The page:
NEW YORK (Reuters) - Global equity markets swung between gains and losses on Monday, as volatile oil prices rebounded from multi-year lows while weakness in credit markets weighed on sentiment ahead of an expected U.S. interest rate hike later this week.
Brent crude LCOc1 settled down 0.03 percent at $37.92 after falling as low as $36.33 a barrel, its weakest since December 2008. A fall below $36.20 would take oil down to levels not seen since 2004. U.S. crude CLc1 settled up 1.9 percent at $36.31 after earlier falling as low as $34.53.
The early declines in energy weighed on commodity stocks in Europe, which turned negative after a positive start, while the S&P energy sector .SPNY reversed course and was up 0.8 percent after falling as much as 1.3 percent early in the session.
Jitters in high-yield bond markets, which are among the most vulnerable to higher U.S. interest rates, also rattled investors. Lucidus Capital Partners has liquidated its entire portfolio and plans to return the $900 million it has under management to investors next month, according to a media report.
“It’s the (Fed) communiqué that’s going to count, but the real problem here is the junk bond market, which is tied to oil prices,” said Peter Cardillo, chief market economist at First Standard Financial in New York.
“A lot of paper written to oil companies is in question, and so it ties in with the price of oil.”
The Dow Jones industrial average .DJI rose 103.29 points, or 0.6 percent, to 17,368.5, the S&P 500 .SPX gained 9.57 points, or 0.48 percent, to 2,021.94 and the Nasdaq Composite .IXIC added 18.76 points, or 0.38 percent, to 4,952.23.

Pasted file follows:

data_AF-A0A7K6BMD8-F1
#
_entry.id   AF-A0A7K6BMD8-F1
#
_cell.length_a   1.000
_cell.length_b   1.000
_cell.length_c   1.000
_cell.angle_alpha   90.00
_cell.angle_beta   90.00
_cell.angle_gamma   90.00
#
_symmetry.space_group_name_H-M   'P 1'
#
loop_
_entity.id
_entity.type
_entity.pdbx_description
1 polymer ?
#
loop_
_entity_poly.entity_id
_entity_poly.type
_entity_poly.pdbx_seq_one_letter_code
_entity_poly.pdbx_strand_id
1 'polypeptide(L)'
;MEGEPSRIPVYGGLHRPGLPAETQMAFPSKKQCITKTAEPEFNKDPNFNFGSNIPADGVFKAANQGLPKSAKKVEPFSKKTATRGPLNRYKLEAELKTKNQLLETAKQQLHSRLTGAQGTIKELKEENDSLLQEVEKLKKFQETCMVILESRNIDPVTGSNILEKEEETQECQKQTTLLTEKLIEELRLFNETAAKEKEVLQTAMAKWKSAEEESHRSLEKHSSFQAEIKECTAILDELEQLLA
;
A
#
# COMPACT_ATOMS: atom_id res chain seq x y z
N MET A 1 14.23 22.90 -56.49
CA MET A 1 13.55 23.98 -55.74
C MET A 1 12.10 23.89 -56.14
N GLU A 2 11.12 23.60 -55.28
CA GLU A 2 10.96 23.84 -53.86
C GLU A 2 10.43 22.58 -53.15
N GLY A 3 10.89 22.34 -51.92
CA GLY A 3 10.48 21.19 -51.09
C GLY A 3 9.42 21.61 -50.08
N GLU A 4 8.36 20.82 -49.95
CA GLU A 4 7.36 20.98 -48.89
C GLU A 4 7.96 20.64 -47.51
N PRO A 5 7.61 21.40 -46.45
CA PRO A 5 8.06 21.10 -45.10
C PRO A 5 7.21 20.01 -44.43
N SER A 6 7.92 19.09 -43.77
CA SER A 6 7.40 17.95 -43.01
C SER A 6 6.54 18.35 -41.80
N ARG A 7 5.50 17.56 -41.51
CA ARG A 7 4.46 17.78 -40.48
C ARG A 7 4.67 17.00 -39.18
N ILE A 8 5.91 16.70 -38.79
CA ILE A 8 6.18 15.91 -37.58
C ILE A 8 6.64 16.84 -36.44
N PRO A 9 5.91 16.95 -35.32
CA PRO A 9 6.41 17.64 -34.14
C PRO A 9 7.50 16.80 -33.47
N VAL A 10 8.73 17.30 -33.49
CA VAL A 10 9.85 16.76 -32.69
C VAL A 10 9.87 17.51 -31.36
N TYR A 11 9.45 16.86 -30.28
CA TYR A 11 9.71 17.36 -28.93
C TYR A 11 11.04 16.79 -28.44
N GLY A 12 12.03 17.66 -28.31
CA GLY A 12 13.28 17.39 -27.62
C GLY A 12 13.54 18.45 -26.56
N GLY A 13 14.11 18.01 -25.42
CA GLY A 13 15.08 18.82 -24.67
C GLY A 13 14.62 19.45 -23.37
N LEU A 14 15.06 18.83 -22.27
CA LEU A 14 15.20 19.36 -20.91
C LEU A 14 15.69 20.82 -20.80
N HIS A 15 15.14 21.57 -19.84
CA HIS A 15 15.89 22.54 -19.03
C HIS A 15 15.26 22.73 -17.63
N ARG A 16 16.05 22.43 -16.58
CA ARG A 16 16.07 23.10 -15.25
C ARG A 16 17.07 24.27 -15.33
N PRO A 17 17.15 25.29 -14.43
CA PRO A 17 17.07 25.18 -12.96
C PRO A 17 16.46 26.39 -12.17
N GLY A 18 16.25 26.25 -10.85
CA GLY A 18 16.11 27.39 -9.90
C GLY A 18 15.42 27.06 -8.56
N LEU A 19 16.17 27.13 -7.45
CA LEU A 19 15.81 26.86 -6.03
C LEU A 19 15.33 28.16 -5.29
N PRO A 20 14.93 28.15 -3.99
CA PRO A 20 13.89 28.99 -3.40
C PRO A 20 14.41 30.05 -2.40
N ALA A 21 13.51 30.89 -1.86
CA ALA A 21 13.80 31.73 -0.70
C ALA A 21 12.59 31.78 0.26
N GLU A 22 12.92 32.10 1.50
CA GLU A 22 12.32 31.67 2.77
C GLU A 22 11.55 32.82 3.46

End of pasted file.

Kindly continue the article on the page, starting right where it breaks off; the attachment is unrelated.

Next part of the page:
Benchmark 10-year Treasury notes US10YT=RR lost 25/32 in price to yield 2.252 percent.
The dollar edged higher but traded in narrow ranges, although nervousness about what the Federal Reserve will say in its post-meeting statement on Wednesday after an expected rate hike has limited the greenback’s upside.
A Fed rate hike on Wednesday, following a two-day policy meeting, is a near certainty in the eyes of investors. It would be the first increase after nearly a decade of loose policy that began with the onset of the global financial crisis and is viewed as a first step toward normalizing monetary conditions.
Traders see an 83 percent chance the central bank will lift its targeted rate range to 0.25 percent to 0.50 percent from the current zero to 0.25 percent range, according to CME Group’s FedWatch program.
But against a backdrop of weakening oil prices and stress in the high-yield bond market, the pace of future rate hikes is of key interest to investors.
Additional reporting by Abhiram Nandakumar; Editing by Dan Grebler
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